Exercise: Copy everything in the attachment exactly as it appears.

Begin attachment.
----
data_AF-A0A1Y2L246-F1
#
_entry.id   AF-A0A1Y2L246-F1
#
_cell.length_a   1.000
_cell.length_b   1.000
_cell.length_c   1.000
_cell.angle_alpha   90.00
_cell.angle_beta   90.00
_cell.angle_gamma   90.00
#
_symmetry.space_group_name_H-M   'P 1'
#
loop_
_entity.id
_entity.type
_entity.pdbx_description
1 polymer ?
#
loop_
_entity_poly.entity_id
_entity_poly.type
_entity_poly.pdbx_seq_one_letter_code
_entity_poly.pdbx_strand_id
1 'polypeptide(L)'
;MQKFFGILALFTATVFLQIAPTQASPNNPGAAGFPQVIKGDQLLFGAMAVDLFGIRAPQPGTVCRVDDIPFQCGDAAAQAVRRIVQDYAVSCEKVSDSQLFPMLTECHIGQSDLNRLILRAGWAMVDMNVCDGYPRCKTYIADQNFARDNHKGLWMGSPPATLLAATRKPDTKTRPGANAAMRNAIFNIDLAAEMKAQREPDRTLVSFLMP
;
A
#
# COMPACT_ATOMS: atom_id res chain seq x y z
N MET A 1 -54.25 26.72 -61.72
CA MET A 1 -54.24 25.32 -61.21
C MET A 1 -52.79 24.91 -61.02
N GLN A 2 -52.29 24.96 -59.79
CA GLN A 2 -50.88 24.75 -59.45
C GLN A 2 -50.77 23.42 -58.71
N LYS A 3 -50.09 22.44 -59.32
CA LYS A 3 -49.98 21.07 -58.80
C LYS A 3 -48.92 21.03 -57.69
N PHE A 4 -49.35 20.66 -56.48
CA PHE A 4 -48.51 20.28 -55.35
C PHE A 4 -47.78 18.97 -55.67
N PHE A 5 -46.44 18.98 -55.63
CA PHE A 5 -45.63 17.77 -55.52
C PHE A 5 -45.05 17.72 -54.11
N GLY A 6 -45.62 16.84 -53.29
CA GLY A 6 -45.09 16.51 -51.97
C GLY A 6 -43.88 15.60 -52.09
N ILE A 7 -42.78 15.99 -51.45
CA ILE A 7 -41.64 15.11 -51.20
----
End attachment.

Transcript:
data_AF-A0A1Y2L246-F1
#
_entry.id   AF-A0A1Y2L246-F1
#
_cell.length_a   1.000
_cell.length_b   1.000
_cell.length_c   1.000
_cell.angle_alpha   90.00
_cell.angle_beta   90.00
_cell.angle_gamma   90.00
#
_symmetry.space_group_name_H-M   'P 1'
#
loop_
_entity.id
_entity.type
_entity.pdbx_description
1 polymer ?
#
loop_
_entity_poly.entity_id
_entity_poly.type
_entity_poly.pdbx_seq_one_letter_code
_entity_poly.pdbx_strand_id
1 'polypeptide(L)'
;MQKFFGILALFTATVFLQIAPTQASPNNPGAAGFPQVIKGDQLLFGAMAVDLFGIRAPQPGTVCRVDDIPFQCGDAAAQAVRRIVQDYAVSCEKVSDSQLFPMLTECHIGQSDLNRLILRAGWAMVDMNVCDGYPRCKTYIADQNFARDNHKGLWMGSPPATLLAATRKPDTKTRPGANAAMRNAIFNIDLAAEMKAQREPDRTLVSFLMP
;
A
#
# COMPACT_ATOMS: atom_id res chain seq x y z
N MET A 1 -54.25 26.72 -61.72
CA MET A 1 -54.24 25.32 -61.21
C MET A 1 -52.79 24.91 -61.02
N GLN A 2 -52.29 24.96 -59.79
CA GLN A 2 -50.88 24.75 -59.45
C GLN A 2 -50.77 23.42 -58.71
N LYS A 3 -50.09 22.44 -59.32
CA LYS A 3 -49.98 21.07 -58.80
C LYS A 3 -48.92 21.03 -57.69
N PHE A 4 -49.35 20.66 -56.48
CA PHE A 4 -48.51 20.28 -55.35
C PHE A 4 -47.78 18.97 -55.67
N PHE A 5 -46.44 18.98 -55.63
CA PHE A 5 -45.63 17.77 -55.52
C PHE A 5 -45.05 17.72 -54.11
N GLY A 6 -45.62 16.84 -53.29
CA GLY A 6 -45.09 16.51 -51.97
C GLY A 6 -43.88 15.60 -52.09
N ILE A 7 -42.78 15.99 -51.45
CA ILE A 7 -41.64 15.11 -51.20